At nearly 2700 lots, the four-day sale at Adam Partridge (20% buyer’s premium inc VAT) on May 26-29 was among the largest art and antiques auctions staged during the UK’s lockdown. And a logistical challenge.
With the catalogue online for two months, a record number of bidders registered – 5016 in total – with over three-quarters of them using thesaleroom.com.
As well as managing the deluge of enquiries that poured in from online platforms, phone and commission bidders, the Macclesfield saleroom’s staff also set up an outdoor marquee with designated collection bays for buyers to pick up their purchases while maintaining social distancing.
An impressive 92% of the lots sold for a £903,600 total including buyer’s premium.
The auction included 232 lots of paintings, watercolours, drawings and prints offered on the third day. These lots produced many of the leading prices of the catalogue with only 19 pictures unsold.
Christopher Surfleet, auctioneer and senior valuer at Partridge, said: “I think the crucial thing in the picture market that was highlighted at this auction was the importance of originality, freshness and sensible estimates.”
Three of the best performing pictures came from the same source – the second home of a long-term client from London who had bought from the capital’s salerooms in the 1960s-70s. Asian art from the same source will follow in an auction on July 10.
Venice by moonlight
Most notable among the pictures from the consignment was an atmospheric Venetian canal scene by Henry Pether (fl.1828-65). Pether’s stock-in-trade (and those of other family members) were moonlit views of London and the English countryside but Venice scenes also commanded a significant proportion of his oeuvre.
This 2ft x 3ft (61 x 91cm) oil depicted the church of San Simeone Piccolo to the left and Santa Maria Di Nazareth Degli Scalzi to the right. With boats and gondoliers quietly moving through the water and the moon low in the sky, it was highly characteristic of Pether in subject, composition, detail and technique.
Although the canvas was thinning in parts and it suffered from some staining to the centre of the image, it promised to benefit from some sensitive restoration and hang well in its period gilt frame.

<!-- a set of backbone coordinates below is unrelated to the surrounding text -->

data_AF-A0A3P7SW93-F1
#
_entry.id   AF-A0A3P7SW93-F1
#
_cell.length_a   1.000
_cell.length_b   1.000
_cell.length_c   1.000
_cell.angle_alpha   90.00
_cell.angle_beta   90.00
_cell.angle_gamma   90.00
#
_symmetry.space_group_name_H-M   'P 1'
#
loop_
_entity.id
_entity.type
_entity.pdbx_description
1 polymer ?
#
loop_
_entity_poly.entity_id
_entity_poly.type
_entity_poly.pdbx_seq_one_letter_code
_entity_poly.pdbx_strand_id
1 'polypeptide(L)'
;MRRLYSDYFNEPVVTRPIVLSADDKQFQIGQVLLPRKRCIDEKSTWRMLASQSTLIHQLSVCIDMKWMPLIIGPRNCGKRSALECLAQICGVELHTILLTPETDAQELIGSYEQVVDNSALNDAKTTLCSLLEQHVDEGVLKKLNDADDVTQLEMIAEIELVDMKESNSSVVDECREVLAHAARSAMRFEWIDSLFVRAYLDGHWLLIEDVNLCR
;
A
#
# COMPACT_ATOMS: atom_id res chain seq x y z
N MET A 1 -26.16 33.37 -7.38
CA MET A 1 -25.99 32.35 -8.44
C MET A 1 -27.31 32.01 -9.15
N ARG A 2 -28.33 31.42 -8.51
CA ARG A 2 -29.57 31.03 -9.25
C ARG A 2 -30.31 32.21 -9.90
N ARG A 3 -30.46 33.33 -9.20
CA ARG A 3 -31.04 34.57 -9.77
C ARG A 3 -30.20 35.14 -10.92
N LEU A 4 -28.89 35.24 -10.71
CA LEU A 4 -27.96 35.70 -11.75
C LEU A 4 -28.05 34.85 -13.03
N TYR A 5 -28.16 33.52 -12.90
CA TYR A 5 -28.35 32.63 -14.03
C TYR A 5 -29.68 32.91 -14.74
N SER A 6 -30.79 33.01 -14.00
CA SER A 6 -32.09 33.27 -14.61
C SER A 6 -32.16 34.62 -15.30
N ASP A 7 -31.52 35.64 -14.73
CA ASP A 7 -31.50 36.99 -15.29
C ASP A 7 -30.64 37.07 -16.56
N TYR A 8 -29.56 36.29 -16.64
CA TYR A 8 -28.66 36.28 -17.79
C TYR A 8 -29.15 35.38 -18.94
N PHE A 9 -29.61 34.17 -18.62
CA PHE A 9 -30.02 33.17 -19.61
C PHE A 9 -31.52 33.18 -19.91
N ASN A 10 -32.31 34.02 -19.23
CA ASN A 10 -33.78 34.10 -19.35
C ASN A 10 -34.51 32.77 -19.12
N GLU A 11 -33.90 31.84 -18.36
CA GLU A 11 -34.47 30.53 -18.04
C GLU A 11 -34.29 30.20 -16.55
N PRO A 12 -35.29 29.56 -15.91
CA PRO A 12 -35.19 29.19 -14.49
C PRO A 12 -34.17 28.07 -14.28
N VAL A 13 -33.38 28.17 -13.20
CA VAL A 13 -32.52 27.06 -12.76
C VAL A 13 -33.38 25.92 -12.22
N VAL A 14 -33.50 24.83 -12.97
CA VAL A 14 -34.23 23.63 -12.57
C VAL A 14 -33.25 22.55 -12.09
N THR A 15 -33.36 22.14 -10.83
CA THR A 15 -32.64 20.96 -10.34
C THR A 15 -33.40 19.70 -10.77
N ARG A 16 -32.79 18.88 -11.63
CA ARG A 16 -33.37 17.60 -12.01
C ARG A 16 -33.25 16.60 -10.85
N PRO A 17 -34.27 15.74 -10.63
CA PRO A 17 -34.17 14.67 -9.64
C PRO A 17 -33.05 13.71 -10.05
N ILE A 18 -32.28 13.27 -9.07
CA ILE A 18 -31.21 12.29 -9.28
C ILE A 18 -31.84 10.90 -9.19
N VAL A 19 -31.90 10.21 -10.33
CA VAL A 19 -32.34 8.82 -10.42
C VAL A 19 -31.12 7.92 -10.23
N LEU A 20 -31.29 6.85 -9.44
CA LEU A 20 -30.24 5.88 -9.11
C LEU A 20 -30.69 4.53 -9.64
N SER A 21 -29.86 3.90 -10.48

The estimate was kept relatively low at £5000-8000 which proved tempting to a number of interested parties. It eventually sold at £20,600 to one of the auction house’s regular clients. It was the second-highest price of the sale overall – only a diamond solitaire ring that made £24,400 fetched more.
The price was among the highest sums for a work by Pether outside the main London rooms in the last decade, although behind some results for major works, such as View of the Thames at Lambeth Palace by moonlight that made £32,500 at Christie’s in April 2010.
From the same collection at the Partridge sale was an unsigned Pre-Raphaelite style painting of two girls playing musical instruments. It was in fact a copied detail from John William Waterhouse’s St Cecilia, the two figures appearing in the bottom left of the 1895 painting.
This 2ft x 20in (60 x 50cm) oil on canvas here, showing one girl playing the lute and the other the violin, was catalogued as ‘Circle of William Dyce (1806-64)’.
The Scottish painter, who was also a designer and administrator, was deeply influenced by both the Pre-Raphaelites and also Renaissance art. During his trips to Italy he met members of the Nazarene movement – the group of predominantly German artists who were active in Rome and sought to revive the spirituality in art.
Plenty of works by Dyce can be found in UK public collections, especially in his hometown of Aberdeen.
The condition was not ideal (the paint was coming away in places), but a number of bidders felt it was a good prospect especially against a £300-500 pitch. It eventually went at £3000 to an Austrian buyer on thesaleroom.com.
The third picture from the London source was a small oil on panel catalogued as by Albert Marquet (1875-1947).
Works by the French painter, a lifelong friend Henri Matisse and a painter of bold and colourful Fauvist pictures of ports, bridges and quays, can make six-figure sums.
This 9½ x 13in (24 x 33cm) study of fishing boats beside sunlit buildings, with two old Christie’s stencils to the reverse, was a more modest sketch although an appealing prospect at £2000-3000. It sold at £6800 to the UK trade also via thesaleroom.com.
Separately sourced was Lancaster Sands, a signed 14 x 20in (35 x 50cm) watercolour by David Cox (1783- 1859) depicting figures on horseback with coaches crossing Morecambe Bay. Cox was a true phenomenon of the Victorian art market commanding status and prices way above his current commercial pigeonhole.
This picture had provenance to dealer Agnews and came with the original receipt from 1901 when it had been bought by the vendor’s grandfather for £300 – similar to £35,000 today.
Its condition had suffered – it had fading to the colours, foxing and brown staining in the sky – and it sold below the £10,000-15,000 estimate at £9400 to a UK online bidder.